A major factor in the progression to heart failure in humans is the inability of the adult heart to repair itself following injury. As a result, strategies to induce heart regeneration are of significant interest. Previously, our group demonstrated that, unlike the adult heart, the early postnatal mammalian heart is capable of regeneration following injury through proliferation of existing cardiomyocytes. We have shown that Meis1, a TALE family homeodomain protein, promotes postnatal withdrawal from cell cycle by activating expression of the cyclin dependent inhibitors p16 and p21. We, along with other investigators, have gone on to identify a diversity of additional signaling mechanisms that act to either permit or restrict proliferation (increased mechanical load, oxygenation, DNA damage response, etc.). This suggests that Meis1 does not work alone, but must act as part of a network of regulatory processes, although, the molecular mechanisms linking these processes are largely unknown. Moving forward, the goal of our current proposal is to integrate Meis1- dependent mechanisms with the wider postnatal signaling network by identifying Meis1 cofactors and regulators. Specifically, we will focus on defining the functional interaction of Meis1 with its cofactor Hoxb13 in the postnatal heart and the role played by the Ca2+-activated protein phosphatase calcineurin (CN) in regulating this interaction and its consequences. The postnatal increase in cardiac load is known to initiate a signaling cascade that leads to cardiomyocyte hypertrophy and increased contractility. Activation of CN provides fundamental signals that promote hypertrophic growth of cardiomyocytes. Our preliminary studies suggest that CN also works in conjunction with a Meis1/Hoxb13 complex to suppress proliferative growth. Thereby, postnatal activation of CN provides a signal that helps switch the mechanism of cardiac growth from hyperplastic to hypertrophic. We hypothesize that CN promotes postnatal arrest of cardiomyocyte cell cycle by mediating nuclear translocation of Meis1 and HoxB13. Our experiments are designed to (1) examine the role of Hoxb13 as a Meis1 co-factor, (2) define the mechanism of CN regulation of Meis1 and Hoxb13 function, and (3) test the ability of CN to control postnatal cell cycle and heart regeneration. These studies will provide fundamental insights into the nature of the coordinating link between the postnatal increase in cardiac load that drives hypertrophy, and suppression of the heart?s capacity for repair.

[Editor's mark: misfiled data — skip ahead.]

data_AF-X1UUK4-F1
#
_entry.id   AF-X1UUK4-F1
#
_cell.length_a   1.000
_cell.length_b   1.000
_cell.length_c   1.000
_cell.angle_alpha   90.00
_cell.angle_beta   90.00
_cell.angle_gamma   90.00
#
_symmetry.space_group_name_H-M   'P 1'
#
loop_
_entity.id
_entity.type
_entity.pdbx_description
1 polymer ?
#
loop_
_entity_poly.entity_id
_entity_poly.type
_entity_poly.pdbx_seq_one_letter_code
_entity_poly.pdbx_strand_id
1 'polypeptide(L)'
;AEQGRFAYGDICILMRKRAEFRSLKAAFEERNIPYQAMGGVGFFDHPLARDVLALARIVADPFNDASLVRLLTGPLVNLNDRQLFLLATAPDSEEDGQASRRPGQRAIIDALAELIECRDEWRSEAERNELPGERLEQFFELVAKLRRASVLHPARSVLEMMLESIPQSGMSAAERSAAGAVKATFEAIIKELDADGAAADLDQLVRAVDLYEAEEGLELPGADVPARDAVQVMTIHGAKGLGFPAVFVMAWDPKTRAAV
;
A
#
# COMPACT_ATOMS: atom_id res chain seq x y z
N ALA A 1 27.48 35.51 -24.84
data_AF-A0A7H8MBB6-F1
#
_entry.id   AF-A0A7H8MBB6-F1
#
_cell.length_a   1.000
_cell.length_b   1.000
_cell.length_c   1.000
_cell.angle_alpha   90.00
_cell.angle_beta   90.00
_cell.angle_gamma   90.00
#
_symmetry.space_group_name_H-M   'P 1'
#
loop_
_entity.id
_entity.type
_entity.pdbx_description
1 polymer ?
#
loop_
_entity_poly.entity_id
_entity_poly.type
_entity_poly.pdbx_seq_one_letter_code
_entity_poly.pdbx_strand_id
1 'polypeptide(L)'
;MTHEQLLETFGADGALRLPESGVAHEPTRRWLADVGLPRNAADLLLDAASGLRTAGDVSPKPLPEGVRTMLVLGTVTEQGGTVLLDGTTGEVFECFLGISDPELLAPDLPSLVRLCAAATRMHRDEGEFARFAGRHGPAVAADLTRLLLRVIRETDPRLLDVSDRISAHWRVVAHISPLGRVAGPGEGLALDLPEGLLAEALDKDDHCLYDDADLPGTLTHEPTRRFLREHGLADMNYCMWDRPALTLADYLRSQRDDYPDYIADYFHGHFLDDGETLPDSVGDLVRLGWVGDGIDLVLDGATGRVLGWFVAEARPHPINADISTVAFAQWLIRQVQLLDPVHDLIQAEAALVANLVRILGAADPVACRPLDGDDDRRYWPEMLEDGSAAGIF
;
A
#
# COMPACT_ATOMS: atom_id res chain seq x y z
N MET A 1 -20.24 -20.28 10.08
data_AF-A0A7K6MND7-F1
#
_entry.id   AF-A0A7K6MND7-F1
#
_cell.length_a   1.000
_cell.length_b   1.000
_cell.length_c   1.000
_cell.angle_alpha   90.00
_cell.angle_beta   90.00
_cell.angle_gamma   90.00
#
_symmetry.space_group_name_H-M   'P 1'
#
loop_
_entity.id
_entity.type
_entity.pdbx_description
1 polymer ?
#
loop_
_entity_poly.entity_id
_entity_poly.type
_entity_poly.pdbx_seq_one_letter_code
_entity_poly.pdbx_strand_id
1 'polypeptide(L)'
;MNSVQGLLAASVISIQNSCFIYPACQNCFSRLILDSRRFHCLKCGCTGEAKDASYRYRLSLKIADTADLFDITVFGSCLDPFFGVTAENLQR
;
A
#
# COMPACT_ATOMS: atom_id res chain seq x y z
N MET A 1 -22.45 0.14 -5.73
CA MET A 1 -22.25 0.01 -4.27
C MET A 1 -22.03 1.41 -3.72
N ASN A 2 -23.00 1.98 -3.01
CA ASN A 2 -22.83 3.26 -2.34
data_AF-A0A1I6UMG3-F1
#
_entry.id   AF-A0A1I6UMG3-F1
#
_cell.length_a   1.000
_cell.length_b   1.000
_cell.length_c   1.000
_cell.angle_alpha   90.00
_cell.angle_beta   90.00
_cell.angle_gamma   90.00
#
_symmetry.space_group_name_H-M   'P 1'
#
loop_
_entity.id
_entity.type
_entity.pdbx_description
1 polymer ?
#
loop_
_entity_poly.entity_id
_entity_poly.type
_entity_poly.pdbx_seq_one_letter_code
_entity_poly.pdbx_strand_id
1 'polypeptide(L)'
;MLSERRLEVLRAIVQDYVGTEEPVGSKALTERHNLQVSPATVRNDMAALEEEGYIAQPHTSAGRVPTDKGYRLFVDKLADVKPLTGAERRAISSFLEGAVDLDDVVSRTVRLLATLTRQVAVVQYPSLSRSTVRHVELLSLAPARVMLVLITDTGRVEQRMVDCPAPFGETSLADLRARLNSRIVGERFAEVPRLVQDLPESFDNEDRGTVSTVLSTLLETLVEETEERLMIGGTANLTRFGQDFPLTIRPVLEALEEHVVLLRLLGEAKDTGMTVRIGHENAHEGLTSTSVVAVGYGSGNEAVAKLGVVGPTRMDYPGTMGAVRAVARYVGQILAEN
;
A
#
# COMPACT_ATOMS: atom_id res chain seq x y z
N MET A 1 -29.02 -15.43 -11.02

Research in this proposal is aimed at understanding the mechanisms that control the regenerative capacity of cardiac muscle. Our long-term goal is to use this knowledge to increase repair of the human heart following damage such as occurs from a heart attack or during the normal process of aging.